Three officers hurt, five students arrested in anti-Bush protest

A protest linked to the inauguration of US President George W. Bush turned violent at York University on Thursday, resulting in injuries to three paid-duty constables and the arrest of five demonstrators, reported the Toronto Star Jan. 21. The news was echoed in the city’s other major newspapers and on television and radio news casts. The incident was also mentioned in a Canadian Press story about anti-Bush protests across the country.

The officers, who were not seriously injured, were attacked as they tried to remove the demonstrators for trespassing, according to Toronto police. “Two of the officers were punched in the head while a third had hot coffee poured on him,” Constable Isabelle Cotton said in a news release. One of the demonstrators also attempted to seize a Glock pistol from one of the officers, she added. Police Chief Julian Fantino called the incident “regrettable.”

“It was highly ironic and regrettable that the officers, whose sole purpose was to watch over a peaceful anti-war demonstration, were subjected to any violence,” Fantino said.

Dan Freeman-Maloy, a York student and one of the protest organizers, agreed the demonstration was to have been a peaceful event involving about 30 people, who met in Vari Hall, a central campus gathering place, at about 1 pm. The protest, Freeman-Maloy said, “was supposed to be pretty tame, just to speak out on the inauguration of President Bush [and also] talking against oppression on campus.”

After repeated requests by campus security for the group to disperse, police were called in. York spokesperson George McNeillie said, “The use of violence on or off campus is totally unacceptable.” 

The National Post quoted Richard Fisher, York’s chief communications officer: “This isn’t about free speech. This is about allowing people to attend classes without being disrupted.” He said the protesters were using megaphones in the academic corridors.

The Toronto Sun said Nancy White, media relations director, said the protest began around 1:30pm in the rotunda of Vari Hall and lasted about 40 minutes. “The group came in and they became extremely aggressive, shouting anti-Bush obscenities,” she said. The police were called by University security staff who tried to speak to the leader of the group. “They started shoving a police officer and throwing punches. One of the officers had a hot beverage thrown at him.”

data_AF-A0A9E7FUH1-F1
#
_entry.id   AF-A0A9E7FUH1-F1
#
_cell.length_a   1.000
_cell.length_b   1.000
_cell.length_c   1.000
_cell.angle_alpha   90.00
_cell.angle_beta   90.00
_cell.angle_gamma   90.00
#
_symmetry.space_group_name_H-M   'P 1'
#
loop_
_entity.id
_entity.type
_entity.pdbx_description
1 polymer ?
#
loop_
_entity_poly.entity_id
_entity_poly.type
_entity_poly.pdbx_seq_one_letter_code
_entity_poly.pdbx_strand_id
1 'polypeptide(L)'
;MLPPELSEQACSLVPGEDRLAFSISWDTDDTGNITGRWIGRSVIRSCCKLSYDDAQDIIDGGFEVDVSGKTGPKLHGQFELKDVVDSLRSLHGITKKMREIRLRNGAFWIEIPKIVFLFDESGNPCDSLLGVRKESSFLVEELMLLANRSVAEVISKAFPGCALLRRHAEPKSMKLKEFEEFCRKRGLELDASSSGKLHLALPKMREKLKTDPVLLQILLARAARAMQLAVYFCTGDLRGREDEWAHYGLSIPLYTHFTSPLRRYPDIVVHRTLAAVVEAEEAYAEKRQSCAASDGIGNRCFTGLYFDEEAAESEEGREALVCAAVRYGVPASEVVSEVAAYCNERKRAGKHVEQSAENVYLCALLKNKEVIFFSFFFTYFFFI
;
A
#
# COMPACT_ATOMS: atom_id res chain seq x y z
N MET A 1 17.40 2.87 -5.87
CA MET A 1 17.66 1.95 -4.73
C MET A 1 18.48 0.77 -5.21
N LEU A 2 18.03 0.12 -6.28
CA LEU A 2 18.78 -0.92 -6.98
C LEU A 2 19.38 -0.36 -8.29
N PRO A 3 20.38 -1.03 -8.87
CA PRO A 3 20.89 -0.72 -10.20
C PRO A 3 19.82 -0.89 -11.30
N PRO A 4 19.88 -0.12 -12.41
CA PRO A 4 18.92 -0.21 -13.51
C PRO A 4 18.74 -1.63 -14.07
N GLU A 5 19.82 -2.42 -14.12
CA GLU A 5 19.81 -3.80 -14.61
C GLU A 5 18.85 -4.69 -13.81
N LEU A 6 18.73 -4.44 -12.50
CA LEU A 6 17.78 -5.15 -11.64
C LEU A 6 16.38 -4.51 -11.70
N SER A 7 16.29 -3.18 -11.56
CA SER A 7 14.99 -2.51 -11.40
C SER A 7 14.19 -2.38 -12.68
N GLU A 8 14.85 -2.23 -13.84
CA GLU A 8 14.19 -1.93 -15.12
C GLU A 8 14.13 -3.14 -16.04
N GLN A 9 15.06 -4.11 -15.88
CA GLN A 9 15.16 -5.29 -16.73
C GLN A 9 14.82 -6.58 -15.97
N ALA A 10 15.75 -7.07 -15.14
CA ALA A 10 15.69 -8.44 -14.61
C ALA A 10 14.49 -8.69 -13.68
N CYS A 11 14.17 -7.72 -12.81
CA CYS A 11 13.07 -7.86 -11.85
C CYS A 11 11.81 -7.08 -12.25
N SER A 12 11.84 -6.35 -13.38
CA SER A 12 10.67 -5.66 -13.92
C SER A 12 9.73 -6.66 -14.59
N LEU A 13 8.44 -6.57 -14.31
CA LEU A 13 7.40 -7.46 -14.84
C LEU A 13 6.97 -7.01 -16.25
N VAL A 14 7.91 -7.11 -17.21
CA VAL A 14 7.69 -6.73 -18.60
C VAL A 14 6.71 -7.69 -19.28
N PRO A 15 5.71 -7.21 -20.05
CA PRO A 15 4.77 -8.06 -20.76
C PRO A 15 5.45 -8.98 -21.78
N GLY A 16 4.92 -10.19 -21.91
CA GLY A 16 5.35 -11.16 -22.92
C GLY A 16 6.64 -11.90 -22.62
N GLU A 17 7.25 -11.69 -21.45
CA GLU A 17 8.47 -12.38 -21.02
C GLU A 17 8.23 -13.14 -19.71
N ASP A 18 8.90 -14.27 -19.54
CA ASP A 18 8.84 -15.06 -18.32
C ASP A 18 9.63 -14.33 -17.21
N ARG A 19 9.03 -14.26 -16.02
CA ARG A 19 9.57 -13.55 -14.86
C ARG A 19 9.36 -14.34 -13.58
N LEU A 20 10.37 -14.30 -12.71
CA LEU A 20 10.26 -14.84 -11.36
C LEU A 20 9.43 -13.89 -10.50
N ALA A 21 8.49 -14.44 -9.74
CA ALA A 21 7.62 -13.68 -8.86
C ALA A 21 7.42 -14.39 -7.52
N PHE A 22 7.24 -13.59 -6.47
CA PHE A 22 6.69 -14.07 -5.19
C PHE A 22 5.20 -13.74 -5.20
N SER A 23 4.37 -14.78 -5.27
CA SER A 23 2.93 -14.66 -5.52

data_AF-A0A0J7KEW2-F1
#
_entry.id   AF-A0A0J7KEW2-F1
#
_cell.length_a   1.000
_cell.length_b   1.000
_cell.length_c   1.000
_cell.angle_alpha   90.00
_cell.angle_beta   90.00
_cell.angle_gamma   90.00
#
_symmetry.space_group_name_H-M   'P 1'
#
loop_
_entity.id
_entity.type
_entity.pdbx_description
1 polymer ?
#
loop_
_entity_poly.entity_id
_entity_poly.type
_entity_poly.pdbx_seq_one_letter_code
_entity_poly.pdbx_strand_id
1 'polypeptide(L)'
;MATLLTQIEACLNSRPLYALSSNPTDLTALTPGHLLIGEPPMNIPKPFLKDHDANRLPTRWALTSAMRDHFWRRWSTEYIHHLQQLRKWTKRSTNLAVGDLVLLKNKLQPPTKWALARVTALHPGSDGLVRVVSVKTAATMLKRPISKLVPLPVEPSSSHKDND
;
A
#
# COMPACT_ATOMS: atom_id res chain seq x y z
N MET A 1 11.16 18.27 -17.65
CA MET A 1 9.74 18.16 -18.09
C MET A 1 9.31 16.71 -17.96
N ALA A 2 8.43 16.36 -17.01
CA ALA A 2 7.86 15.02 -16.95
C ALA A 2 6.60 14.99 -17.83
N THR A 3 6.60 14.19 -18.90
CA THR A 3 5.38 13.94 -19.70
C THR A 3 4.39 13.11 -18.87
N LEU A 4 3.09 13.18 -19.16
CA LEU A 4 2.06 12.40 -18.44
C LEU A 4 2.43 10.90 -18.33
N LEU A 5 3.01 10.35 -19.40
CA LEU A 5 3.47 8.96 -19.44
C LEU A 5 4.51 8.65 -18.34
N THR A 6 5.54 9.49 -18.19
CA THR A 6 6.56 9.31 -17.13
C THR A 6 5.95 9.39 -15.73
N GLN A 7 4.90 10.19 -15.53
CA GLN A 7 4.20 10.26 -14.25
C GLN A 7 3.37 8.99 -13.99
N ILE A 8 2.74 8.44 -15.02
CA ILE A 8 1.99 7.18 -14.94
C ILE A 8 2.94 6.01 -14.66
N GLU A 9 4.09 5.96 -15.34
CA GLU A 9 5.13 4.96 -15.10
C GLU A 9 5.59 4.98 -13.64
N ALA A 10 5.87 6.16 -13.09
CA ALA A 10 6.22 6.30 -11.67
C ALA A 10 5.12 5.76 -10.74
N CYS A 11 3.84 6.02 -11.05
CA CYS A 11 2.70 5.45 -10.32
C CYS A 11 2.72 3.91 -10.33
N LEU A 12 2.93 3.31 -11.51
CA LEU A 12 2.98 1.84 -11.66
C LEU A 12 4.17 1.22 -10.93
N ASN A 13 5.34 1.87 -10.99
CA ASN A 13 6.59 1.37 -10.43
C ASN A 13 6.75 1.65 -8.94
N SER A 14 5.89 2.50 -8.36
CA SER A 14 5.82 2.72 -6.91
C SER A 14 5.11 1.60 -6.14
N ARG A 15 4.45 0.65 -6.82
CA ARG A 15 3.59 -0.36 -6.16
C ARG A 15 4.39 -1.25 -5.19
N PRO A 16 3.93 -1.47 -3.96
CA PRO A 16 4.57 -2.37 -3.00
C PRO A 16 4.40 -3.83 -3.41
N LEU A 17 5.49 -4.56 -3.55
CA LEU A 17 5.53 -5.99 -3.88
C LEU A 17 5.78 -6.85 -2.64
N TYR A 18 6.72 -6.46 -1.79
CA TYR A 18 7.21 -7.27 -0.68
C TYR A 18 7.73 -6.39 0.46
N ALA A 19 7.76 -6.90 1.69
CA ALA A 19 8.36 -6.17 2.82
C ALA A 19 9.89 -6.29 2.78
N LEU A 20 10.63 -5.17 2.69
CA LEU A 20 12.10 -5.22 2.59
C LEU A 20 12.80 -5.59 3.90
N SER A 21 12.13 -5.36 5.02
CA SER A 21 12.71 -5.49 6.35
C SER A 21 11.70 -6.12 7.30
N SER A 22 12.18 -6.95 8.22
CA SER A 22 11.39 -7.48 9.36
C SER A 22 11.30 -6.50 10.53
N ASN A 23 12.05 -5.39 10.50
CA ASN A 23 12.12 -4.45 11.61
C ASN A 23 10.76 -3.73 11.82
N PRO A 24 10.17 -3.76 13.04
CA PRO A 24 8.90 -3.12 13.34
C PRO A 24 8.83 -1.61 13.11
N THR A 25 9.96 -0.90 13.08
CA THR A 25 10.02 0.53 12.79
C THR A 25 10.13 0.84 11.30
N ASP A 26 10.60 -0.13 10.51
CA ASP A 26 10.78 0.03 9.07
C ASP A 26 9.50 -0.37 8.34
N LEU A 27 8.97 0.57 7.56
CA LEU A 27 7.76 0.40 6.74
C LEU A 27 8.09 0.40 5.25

Lance Maresky, a second-year psychology student, said he was heading to class when he heard shouting. “I … saw about 10 police officers standing in front of a guy shouting into a megaphone and 15 other people,” said Maresky. When the police tried to grab the demonstrator with the megaphone, Maresky said “all hell broke loose. “One of the guys started swinging at the cops and hit one of them in the head with the megaphone.”

Mayor sweeping poor out of sight

In a letter to the Toronto Star Jan. 21, Stefan Kipfer, professor in York’s Faculty of Environmental Studies, was critical of Toronto’s Regent Park redevelopment project: “Of the 5,100 units (which is the long-term target for the area), only a fourth (as opposed to the original 40 per cent) will be Rent Geared to Income (RGI) units. Why these shrinking numbers?,” he asked. “Toronto Community Housing Corporation and the city seem to agree with developers that privatizing the rebuilding of Regent Park requires minimizing the number of subsidized units. City Hall is also giving in to ratepayers and small businesses in Cabbagetown and east downtown. Next to pushing for fewer RGI units, these groups also object to the higher densities planned for the site,” he wrote. “If city council accepts the decision of the community council next week, it would send another disturbing signal to low-income Torontonians (many of whom are women and Canadians of colour). Shortly after the release of its homelessness strategy (which wants to get the homeless off the street with force, if necessary), city hall would make it clear that the poor are no longer welcome in central Toronto. Mayor David Miller’s broom is starting to sweep some of our co-citizens out of sight. Ex-mayor Mel Lastman would agree.”

On air

  • John Caldwell, astronomy professor in York’s Faculty of Science & Engineering, said photographs taken by the European Space Agency probe of Titan, Saturn’s largest moon, appear dimly lit because of a smog atmosphere and distance from the sun, in an interview on CBC Radio’s “Morning Edition” in Saskatchewan Jan. 20.